Authors: Joseph Oppong*, University of North Texas
Topics: Medical and Health Geography, Africa, Geographic Information Science and Systems
Keywords: Spatial analysis, Ghana, overweight/obesity, gender
Session Type: Paper
Start / End Time: 8:00 AM / 9:40 AM
Room: Bourbon Room, Astor, Mezzanine
Presentation File: No File Uploaded
Overweight and obesity have emerged as major health concerns in Ghana associated with escalating morbidity and mortality from non-communicable diseases, but the spatial pattern and drivers remain poorly understood. Large scale, regional-level analysis, the norm for geographic studies of obesity in Ghana, conceal district-level variations and frustrate intervention efforts.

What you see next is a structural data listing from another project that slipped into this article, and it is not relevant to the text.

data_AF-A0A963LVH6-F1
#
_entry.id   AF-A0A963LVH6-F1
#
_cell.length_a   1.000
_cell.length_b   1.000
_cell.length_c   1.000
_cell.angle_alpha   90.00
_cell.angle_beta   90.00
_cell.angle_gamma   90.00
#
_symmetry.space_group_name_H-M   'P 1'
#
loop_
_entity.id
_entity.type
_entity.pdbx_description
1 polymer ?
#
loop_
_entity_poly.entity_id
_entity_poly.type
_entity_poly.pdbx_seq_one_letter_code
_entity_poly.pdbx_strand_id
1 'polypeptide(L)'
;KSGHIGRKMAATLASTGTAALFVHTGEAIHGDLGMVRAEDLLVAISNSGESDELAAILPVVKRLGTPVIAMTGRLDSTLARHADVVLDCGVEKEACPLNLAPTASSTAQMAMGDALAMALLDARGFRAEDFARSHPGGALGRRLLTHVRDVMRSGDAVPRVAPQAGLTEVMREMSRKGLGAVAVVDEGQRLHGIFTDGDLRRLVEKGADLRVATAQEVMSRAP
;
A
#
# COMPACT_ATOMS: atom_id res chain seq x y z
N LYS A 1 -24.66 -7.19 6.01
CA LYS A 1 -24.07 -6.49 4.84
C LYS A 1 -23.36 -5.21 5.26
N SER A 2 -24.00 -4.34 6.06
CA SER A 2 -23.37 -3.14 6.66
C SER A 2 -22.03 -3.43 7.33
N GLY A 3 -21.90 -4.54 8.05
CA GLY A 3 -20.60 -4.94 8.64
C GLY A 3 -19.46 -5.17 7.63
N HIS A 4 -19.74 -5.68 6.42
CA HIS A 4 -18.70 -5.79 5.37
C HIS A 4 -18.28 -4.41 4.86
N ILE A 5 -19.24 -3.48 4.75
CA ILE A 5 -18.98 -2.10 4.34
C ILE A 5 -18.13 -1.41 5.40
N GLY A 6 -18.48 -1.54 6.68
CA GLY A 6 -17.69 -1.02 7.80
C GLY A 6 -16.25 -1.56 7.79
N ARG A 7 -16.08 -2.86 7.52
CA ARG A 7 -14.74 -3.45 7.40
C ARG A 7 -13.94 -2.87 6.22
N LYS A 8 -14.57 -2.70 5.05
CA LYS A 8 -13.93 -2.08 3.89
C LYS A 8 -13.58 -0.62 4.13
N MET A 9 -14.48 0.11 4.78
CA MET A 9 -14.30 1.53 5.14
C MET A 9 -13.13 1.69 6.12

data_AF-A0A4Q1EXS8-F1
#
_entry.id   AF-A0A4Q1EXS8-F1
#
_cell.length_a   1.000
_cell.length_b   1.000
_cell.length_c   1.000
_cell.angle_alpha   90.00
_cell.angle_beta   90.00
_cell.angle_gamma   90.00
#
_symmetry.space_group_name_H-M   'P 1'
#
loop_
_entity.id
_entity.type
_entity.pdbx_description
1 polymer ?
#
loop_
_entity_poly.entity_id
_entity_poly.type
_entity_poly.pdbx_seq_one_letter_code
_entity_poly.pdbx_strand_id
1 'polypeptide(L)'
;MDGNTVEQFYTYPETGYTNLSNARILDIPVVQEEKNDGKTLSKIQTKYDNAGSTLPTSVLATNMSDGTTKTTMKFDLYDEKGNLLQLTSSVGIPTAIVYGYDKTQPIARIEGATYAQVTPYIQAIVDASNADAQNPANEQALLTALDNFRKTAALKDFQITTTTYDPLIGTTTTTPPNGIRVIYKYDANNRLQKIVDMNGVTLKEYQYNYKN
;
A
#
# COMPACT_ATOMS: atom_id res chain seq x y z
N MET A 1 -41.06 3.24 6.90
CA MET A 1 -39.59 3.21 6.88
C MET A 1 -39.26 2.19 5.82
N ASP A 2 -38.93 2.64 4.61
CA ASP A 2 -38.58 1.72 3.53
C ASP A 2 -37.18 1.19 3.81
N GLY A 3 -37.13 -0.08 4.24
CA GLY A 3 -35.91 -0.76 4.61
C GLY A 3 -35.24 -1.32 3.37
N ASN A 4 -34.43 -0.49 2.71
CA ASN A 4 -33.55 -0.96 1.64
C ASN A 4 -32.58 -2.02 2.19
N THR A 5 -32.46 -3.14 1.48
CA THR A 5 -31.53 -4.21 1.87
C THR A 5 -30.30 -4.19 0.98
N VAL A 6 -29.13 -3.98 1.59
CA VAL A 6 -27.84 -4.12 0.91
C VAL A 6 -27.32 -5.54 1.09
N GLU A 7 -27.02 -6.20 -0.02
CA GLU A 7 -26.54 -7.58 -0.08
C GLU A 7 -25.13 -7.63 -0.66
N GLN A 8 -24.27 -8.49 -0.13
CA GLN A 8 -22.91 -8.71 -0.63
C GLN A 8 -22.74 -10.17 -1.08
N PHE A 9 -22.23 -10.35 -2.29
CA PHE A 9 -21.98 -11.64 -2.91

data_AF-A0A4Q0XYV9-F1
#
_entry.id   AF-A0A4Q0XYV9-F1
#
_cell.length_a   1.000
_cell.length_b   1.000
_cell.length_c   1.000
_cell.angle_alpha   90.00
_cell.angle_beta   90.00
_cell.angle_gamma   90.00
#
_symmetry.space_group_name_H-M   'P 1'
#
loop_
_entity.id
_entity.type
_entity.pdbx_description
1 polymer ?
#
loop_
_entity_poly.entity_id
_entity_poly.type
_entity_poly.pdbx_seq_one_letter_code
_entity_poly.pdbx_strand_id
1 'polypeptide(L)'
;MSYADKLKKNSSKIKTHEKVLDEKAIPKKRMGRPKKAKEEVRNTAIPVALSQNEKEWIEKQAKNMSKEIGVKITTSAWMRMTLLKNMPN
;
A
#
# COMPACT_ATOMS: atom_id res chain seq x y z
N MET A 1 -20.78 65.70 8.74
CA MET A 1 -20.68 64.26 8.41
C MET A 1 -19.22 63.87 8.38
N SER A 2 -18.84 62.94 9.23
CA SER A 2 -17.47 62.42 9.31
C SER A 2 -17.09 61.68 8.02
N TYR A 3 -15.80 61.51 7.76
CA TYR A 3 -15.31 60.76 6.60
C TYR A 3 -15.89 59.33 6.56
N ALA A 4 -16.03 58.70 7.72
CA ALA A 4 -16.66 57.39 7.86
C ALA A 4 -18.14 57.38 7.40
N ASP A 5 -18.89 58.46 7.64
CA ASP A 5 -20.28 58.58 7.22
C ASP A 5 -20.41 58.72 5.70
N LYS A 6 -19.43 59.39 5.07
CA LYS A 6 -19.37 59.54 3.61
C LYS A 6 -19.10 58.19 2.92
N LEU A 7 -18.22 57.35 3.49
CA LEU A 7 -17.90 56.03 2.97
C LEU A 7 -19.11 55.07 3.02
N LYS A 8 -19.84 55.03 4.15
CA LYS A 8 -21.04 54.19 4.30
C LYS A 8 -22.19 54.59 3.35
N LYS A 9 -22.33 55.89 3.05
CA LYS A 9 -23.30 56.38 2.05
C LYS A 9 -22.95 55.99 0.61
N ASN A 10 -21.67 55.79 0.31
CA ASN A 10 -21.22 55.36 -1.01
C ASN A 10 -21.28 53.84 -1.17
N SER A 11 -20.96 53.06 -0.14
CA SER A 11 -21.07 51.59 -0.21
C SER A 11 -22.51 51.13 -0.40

Using nationally representative data from the Demographic and Health Survey (DHS), this study examines the spatial variations in obesity and overweight at the district level in Ghana and the associated explanatory variables. The results reveal that while an estimated 26% of respondents are overweight or obese, the rates vary significantly by gender, place of residence – urban/rural – and are higher in the southern parts of the country. However, significant pockets of obesity and overweight exist in other areas that are frequently missed. Using hotspot analysis, this study sheds light on these areas and provides input for spatial targeting to address the problem.